“Wiki, c’est fini?” one would ask (if one was a cheesy French singer from the 1960s). More seriously, is the dream of an open access encyclopedia over? According to a recent article published in the Chronicle of Higher Education the wiki model has “run out of steam“. Don’t worry, the article is not a trite invective insisting that Wikipedia is not reliable because the author of the article on Platonism is also the author of the one on Desperate Housewives. The message here is mainly that the participatory knowledge base model turns out to be a utopian dream (at best). As of today, Wikipedia is mainly just another social network service (with its profiles, friend counts and online grooming rituals) – and not a very performing one, either.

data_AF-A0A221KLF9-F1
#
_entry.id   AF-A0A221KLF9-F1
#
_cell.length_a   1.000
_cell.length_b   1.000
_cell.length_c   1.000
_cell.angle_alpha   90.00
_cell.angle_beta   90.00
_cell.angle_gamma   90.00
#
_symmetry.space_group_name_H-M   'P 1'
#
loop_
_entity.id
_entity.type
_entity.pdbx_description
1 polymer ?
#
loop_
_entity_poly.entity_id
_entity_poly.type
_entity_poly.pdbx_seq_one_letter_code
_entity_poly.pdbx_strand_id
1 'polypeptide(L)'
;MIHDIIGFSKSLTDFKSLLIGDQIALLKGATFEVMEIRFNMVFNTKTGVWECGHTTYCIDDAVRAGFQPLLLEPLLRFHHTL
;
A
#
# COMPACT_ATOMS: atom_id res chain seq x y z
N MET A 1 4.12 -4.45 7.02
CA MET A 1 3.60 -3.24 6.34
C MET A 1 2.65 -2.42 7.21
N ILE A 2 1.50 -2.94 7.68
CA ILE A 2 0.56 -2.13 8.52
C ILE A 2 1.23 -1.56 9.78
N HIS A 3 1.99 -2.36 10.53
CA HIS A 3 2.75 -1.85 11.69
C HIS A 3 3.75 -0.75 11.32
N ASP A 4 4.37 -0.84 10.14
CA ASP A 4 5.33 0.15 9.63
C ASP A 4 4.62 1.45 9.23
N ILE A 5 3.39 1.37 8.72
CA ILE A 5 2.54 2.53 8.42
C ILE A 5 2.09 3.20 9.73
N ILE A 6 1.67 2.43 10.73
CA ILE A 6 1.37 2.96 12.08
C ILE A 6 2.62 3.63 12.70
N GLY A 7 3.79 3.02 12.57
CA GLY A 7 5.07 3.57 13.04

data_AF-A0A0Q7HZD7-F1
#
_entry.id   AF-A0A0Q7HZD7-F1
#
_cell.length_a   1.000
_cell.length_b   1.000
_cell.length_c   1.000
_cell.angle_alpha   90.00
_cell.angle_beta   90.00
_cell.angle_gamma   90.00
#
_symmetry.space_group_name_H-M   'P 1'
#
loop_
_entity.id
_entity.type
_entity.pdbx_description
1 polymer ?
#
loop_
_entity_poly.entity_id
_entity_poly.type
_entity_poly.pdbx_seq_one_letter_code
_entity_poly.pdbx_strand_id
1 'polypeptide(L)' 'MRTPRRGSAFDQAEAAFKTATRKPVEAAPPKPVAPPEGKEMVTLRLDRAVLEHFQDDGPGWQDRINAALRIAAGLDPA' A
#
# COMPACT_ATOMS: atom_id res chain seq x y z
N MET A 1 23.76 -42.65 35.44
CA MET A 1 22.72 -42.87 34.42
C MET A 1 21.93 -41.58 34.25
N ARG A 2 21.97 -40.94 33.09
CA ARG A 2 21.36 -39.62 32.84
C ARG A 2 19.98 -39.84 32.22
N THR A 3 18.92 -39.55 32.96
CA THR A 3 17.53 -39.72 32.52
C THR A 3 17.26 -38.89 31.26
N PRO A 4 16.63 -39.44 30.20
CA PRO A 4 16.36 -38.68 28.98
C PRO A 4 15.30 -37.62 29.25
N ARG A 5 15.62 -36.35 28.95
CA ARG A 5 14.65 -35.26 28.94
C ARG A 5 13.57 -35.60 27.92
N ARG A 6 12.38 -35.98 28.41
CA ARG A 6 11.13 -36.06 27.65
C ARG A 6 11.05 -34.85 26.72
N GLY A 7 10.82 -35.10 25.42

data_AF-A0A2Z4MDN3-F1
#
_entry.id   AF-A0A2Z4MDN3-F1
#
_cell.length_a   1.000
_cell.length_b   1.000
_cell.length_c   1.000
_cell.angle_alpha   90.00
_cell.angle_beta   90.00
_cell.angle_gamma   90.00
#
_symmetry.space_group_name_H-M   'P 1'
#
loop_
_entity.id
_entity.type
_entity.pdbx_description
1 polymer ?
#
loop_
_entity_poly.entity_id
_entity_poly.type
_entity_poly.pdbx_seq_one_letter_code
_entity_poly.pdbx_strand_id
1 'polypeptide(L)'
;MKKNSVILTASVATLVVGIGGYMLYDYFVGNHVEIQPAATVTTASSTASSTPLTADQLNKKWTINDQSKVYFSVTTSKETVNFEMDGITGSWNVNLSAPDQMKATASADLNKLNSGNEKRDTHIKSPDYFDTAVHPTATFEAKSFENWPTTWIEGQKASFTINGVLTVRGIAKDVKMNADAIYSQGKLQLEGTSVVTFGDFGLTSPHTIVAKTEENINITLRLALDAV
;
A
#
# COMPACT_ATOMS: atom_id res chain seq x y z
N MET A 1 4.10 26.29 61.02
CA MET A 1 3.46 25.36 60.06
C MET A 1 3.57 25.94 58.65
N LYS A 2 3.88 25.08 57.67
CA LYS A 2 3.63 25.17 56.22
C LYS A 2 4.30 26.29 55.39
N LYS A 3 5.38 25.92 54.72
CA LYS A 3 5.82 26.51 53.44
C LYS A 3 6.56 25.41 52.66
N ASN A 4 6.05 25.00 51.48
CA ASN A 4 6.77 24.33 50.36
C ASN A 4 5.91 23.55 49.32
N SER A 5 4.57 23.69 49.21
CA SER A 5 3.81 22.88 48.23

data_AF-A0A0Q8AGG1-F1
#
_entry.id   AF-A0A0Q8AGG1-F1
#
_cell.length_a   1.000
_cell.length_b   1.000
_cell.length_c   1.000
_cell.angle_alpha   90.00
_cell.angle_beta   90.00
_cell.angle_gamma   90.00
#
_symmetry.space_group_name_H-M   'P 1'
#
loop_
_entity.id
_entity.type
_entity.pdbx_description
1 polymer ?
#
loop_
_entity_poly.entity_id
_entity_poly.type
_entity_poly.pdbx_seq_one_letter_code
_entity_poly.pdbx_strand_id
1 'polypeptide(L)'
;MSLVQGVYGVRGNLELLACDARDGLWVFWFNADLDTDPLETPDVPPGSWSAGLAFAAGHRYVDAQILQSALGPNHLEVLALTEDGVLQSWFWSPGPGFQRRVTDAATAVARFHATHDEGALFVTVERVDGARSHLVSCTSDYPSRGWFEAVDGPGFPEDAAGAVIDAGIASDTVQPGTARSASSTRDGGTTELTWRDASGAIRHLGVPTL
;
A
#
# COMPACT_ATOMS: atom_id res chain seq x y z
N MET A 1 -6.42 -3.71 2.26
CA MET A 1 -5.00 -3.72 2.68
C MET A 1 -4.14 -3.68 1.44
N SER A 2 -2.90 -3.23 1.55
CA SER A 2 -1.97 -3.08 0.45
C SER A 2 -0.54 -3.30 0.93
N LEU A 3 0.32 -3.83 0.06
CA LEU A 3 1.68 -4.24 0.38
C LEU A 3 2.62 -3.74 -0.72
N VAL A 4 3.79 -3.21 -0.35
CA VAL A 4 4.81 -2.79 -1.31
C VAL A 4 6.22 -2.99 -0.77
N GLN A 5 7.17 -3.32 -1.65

But this is not the worst part. I’m more concerned with Wikipedia losing its liberal street cred and becoming yet another ivory-towering knowledge institution, with its coercing ontologies and its bigbrotheresque rules. If, in the current intellectual debate over scientific authority, we’re actually fighting the academic equivalent of Star Wars, last thing we need here is to discover that the rebel HQ Coruscant has been replaced by the Death Star.